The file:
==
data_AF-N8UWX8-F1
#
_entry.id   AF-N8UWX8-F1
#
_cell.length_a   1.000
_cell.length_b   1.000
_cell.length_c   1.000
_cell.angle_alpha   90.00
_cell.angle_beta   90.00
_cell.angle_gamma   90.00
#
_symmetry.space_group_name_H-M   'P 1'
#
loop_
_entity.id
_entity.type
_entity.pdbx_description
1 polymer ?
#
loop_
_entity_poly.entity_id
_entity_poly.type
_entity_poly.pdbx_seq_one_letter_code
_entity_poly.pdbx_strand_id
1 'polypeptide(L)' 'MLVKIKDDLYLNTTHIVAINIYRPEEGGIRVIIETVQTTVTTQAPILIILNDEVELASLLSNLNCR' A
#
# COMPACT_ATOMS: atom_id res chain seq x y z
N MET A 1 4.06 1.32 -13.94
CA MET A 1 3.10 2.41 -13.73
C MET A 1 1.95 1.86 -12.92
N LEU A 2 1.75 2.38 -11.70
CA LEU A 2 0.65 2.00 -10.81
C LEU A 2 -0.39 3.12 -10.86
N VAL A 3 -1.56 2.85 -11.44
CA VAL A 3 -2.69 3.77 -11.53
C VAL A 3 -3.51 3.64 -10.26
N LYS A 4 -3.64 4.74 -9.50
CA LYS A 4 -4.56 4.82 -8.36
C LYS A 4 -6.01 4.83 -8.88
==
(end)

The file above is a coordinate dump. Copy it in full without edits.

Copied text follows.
data_AF-N8UWX8-F1
#
_entry.id   AF-N8UWX8-F1
#
_cell.length_a   1.000
_cell.length_b   1.000
_cell.length_c   1.000
_cell.angle_alpha   90.00
_cell.angle_beta   90.00
_cell.angle_gamma   90.00
#
_symmetry.space_group_name_H-M   'P 1'
#
loop_
_entity.id
_entity.type
_entity.pdbx_description
1 polymer ?
#
loop_
_entity_poly.entity_id
_entity_poly.type
_entity_poly.pdbx_seq_one_letter_code
_entity_poly.pdbx_strand_id
1 'polypeptide(L)' 'MLVKIKDDLYLNTTHIVAINIYRPEEGGIRVIIETVQTTVTTQAPILIILNDEVELASLLSNLNCR' A
#
# COMPACT_ATOMS: atom_id res chain seq x y z
N MET A 1 4.06 1.32 -13.94
CA MET A 1 3.10 2.41 -13.73
C MET A 1 1.95 1.86 -12.92
N LEU A 2 1.75 2.38 -11.70
CA LEU A 2 0.65 2.00 -10.81
C LEU A 2 -0.39 3.12 -10.86
N VAL A 3 -1.56 2.85 -11.44
CA VAL A 3 -2.69 3.77 -11.53
C VAL A 3 -3.51 3.64 -10.26
N LYS A 4 -3.64 4.74 -9.50
CA LYS A 4 -4.56 4.82 -8.36
C LYS A 4 -6.01 4.83 -8.88